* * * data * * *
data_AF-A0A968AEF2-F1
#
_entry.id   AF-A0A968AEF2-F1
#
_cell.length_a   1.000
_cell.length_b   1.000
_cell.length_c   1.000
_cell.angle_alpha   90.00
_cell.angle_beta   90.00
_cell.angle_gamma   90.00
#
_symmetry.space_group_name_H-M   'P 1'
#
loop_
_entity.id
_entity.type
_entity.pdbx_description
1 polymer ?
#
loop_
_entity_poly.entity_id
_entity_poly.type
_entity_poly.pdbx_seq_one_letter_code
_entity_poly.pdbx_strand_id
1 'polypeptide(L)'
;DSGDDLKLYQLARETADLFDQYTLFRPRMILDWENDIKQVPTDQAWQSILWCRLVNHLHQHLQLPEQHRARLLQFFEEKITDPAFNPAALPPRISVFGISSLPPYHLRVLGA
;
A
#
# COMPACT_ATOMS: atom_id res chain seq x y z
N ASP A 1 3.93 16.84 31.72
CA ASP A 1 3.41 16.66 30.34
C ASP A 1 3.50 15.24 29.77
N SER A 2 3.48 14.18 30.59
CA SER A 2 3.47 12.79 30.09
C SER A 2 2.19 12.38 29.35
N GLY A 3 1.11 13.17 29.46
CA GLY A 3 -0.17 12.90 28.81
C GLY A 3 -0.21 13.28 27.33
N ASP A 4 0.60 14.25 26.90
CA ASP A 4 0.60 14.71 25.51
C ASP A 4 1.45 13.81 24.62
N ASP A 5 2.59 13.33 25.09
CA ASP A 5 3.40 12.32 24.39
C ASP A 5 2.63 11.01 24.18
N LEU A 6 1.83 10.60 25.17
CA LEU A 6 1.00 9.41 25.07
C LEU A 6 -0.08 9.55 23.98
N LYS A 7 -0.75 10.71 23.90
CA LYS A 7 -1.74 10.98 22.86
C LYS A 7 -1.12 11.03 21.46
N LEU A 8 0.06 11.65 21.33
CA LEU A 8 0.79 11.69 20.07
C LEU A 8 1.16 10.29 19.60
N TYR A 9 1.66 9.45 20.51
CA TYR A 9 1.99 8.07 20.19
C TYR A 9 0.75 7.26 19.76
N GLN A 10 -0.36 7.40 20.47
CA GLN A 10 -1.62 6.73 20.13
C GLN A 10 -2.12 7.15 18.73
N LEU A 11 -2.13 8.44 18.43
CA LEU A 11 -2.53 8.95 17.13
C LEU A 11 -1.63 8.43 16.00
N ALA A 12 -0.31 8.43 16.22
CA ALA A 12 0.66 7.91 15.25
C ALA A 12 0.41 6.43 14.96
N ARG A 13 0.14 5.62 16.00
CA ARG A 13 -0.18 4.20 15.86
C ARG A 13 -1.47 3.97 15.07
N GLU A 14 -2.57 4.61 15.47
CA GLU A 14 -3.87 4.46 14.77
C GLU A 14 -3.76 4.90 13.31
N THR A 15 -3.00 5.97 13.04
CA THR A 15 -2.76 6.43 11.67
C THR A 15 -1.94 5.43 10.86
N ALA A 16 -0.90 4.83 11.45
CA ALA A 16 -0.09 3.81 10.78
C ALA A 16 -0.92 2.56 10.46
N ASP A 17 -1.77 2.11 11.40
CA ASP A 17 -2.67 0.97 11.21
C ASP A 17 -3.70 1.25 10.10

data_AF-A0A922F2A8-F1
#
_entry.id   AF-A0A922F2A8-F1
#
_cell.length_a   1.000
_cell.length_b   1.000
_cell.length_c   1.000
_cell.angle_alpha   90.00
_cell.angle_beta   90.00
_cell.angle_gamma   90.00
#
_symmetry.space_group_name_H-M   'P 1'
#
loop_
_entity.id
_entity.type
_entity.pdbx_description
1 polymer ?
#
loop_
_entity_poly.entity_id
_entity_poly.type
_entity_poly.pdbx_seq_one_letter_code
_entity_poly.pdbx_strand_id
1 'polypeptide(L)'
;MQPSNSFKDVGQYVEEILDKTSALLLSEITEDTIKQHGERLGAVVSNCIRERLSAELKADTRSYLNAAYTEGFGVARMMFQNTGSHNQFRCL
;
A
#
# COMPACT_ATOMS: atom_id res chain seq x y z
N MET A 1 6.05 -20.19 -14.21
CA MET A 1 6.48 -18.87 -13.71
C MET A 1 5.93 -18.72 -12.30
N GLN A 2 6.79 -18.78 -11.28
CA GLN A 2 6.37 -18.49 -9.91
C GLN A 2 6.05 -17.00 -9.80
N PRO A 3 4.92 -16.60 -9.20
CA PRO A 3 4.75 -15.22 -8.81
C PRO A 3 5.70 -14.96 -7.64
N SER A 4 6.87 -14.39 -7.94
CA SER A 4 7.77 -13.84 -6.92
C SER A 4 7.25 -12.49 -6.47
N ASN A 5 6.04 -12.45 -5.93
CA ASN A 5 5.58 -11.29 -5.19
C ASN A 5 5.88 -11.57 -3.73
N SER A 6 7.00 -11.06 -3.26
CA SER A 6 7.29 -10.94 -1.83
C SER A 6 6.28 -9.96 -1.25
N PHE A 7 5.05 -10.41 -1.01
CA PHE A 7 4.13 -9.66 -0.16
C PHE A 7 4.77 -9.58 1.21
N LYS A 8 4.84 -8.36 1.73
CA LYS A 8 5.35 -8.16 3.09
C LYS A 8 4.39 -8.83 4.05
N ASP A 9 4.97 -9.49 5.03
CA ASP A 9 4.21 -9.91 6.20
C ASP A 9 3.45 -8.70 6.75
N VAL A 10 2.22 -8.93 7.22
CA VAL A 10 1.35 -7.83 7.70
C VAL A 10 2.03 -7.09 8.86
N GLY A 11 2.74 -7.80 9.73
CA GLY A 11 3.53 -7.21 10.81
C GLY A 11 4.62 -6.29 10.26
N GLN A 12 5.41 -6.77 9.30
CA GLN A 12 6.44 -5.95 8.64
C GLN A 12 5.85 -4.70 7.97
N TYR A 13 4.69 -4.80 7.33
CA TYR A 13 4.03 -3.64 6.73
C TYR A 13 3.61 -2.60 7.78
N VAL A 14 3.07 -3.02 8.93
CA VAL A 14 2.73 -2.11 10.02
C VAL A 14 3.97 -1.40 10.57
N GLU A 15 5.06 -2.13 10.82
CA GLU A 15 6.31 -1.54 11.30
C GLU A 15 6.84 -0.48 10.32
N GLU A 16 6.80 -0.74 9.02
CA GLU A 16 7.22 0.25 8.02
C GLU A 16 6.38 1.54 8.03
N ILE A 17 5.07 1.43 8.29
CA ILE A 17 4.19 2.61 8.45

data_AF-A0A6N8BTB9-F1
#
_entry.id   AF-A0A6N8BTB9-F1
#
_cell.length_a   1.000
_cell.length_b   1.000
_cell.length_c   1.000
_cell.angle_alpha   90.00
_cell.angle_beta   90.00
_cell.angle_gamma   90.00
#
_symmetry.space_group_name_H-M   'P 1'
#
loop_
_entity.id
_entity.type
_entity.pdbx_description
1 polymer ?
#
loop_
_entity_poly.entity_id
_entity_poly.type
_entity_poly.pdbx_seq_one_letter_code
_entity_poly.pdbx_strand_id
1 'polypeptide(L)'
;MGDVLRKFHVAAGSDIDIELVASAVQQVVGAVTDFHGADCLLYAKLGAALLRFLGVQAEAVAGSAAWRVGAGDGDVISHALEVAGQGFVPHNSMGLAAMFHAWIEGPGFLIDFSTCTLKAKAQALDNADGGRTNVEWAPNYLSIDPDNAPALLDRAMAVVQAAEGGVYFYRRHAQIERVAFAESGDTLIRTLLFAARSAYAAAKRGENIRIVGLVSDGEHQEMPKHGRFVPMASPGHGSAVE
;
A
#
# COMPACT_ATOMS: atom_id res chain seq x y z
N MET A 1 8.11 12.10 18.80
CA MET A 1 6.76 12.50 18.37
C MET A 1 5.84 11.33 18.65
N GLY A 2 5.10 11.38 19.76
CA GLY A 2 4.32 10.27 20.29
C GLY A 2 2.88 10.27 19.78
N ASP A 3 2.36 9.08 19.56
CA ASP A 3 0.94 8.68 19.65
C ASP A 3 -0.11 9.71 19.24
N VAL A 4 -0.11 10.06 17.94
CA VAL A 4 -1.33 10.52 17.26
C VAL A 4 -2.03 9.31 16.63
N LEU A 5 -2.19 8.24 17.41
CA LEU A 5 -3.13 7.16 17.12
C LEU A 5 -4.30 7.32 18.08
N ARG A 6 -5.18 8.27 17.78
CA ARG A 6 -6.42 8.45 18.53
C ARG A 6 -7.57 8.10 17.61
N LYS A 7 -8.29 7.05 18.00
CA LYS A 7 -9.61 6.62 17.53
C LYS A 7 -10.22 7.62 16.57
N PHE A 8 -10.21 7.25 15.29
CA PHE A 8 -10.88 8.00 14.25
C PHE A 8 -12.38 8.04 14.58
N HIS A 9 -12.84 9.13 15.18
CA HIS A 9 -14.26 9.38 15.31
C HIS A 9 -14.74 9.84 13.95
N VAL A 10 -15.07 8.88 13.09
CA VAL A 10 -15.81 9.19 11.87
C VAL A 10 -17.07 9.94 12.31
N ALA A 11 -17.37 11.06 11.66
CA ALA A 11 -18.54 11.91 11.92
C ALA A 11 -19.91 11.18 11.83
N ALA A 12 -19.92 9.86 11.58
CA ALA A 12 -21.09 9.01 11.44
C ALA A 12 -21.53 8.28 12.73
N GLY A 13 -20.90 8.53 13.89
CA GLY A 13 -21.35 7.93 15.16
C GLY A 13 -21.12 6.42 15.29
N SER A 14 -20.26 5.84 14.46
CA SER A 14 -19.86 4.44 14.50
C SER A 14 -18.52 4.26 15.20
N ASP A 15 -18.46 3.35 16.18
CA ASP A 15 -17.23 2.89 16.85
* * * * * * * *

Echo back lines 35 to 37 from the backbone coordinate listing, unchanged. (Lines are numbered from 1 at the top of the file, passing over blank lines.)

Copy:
CA SER A 2 3.47 12.79 30.09
C SER A 2 2.19 12.38 29.35
N GLY A 3 1.11 13.17 29.46